Your latest info on all things cold chain
Hello, and welcome to the coolest community in freight! Here you’ll find the latest information on warehouse news, tech developments and all things reefer madness-related. I’m your controller of the thermostat, Mary O’Connell. Thanks for having me!
All thawed out
Shippers of temperature-controlled goods have a lot to contend with, especially in regard to shipping goods and sending freight on a pallet or in a small parcel. At the International Safe Transit Association forum on TempPack in Houston, Lee Menszak, associate director and engineer at Merck, gave everyone the rundown on what large and small shippers should be mindful of when shipping products.
For large shippers on a global scale, they have to know regional user requirements, especially in regard to safety. One of the examples Menszak highlighted is that in the Netherlands warehouse workers have to wear full backpack respirators when loading dry ice. n the U.S. that requirement isn’t necessary.
Something that is an easy test for various vendors and operating locations of a large shipper is a small test. In theory if everyone is following the same policies and procedures there should be no issues with a test. However, it could be a great way to find a facility that has some shortcomings.
That test looks a little something like this, according to Menszak. “Load [the packages inside the facilities] up with dry ice, put the temperature monitors in at minimum temp, and you let them run. It doesn’t require a laboratory; it can be in the warehouse. At the end of testing, you may, as I have, find one that’s an underperformer. So from Day One, you have a troublesome shipper. Here’s your justification. Go back to the vendor and say, ‘This one’s bad, we need a replacement.’ And they also know they better give you a good one back because you’re going to test it to find out.”
The freezer aisle is going to get a little beefier as the maker of everyone’s favorite dollar burritos and box of taquitos expands its operations. Ruiz Foods, the U.S.’ largest frozen Mexican food manufacturer, is expanding its manufacturing operations to Texas. It is still maintaining its operations in San Joaquin Valley, California. Following the announcement last year of having co-headquarters in both California and Texas, the company has decided to move all corporate operations to Frisco, Texas.
Ruiz Foods’ president and chief executive officer, Dan Antonelli, said in a news release, “As a national business with locations and customers throughout the U.S., being in the center of the country allows us same day access to each of our facilities, puts us closer to our customers, and provides us with a larger metropolitan market for talent recruitment.”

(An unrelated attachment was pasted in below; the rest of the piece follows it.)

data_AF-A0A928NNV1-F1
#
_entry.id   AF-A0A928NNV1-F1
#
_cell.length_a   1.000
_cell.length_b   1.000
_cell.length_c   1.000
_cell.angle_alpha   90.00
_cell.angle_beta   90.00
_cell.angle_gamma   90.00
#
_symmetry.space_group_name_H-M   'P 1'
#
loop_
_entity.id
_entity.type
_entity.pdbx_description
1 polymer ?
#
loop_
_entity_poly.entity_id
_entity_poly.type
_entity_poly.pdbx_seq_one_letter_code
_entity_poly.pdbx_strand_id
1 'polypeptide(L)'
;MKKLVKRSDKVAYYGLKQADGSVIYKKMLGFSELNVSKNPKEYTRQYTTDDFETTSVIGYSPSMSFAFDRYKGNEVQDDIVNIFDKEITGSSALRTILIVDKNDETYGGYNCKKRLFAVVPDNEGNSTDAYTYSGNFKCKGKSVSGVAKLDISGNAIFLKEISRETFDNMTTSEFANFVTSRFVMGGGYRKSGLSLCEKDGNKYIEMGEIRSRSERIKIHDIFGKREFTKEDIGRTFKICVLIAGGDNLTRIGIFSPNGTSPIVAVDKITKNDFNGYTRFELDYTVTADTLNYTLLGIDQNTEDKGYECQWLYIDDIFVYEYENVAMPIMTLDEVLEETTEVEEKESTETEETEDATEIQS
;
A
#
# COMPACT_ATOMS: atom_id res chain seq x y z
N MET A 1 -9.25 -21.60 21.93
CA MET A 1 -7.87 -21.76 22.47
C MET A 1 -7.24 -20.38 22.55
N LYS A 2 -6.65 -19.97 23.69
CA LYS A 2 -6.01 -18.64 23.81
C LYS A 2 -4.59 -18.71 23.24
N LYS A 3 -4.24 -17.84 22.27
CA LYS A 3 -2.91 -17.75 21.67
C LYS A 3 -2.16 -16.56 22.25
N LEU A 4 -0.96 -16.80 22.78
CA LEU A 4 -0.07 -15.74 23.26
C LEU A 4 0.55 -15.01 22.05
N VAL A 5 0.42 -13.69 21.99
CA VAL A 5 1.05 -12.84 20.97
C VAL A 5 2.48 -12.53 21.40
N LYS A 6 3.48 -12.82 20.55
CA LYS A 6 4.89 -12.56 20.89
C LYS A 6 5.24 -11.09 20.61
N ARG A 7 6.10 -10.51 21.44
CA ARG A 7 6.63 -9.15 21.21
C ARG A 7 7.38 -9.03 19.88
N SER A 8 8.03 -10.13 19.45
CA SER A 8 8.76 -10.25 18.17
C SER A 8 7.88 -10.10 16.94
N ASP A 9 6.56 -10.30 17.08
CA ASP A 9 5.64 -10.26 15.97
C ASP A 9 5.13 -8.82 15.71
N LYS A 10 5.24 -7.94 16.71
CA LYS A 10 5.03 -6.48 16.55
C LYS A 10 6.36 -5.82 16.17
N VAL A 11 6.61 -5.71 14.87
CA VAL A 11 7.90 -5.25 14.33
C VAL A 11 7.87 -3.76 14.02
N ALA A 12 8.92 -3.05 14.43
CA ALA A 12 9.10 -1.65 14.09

Food and drugs
It’s unofficially summertime and with that comes the endless invitations to cookouts, most starting this holiday weekend. It turns out more than a few Americans are looking to fire up the grills over the long weekend. According to a FoodMarket article, meat purchases for this weekend are expected to total $1.6 billion, with beef claiming the top spot at 27.3%.
Comparing meat prices this year with those from last year’s holiday weekend showed that overall meat prices are up only a small amount from last year. The star of every barbecue is the beef burger. Ground beef prices this year for the 74-84% lean average $4.62 per pound, discounted, which is up 3% from last year. The good news is that beef that’s 90-94% lean is actually down 20 cents per pound from last year.
The one category that is coming out cheaper than last year is about all things pork: ribs complex and back, spare ribs, bacon, steaks and the best cut, in my opinion, the St. Louis-style ribs. All of these cuts have decreased at least 30 cents per pound or more from last year’s prices.
However you slice it, it’s a big weekend for the grill. I’m accepting grill pics via Twitter. You can tag me @MaryO_119.
Cold chain lanes
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This week’s market is Des Moines, Iowa, home of the pork chop and corn, two things that summer would be nothing without. Since this weekend is Memorial Day and the unofficial start of summer, it’s fair to say that reefer activity in Des Moines will become quite the market over the next few weeks. Outbound tender volumes have risen 8.54% week over week and will continue to rise as summer gets into full swing with cookouts and barbecues galore. Outbound tender rejections are elevated 912 basis points w/w. There will be another spike in rejections as the holiday weekend comes and goes.
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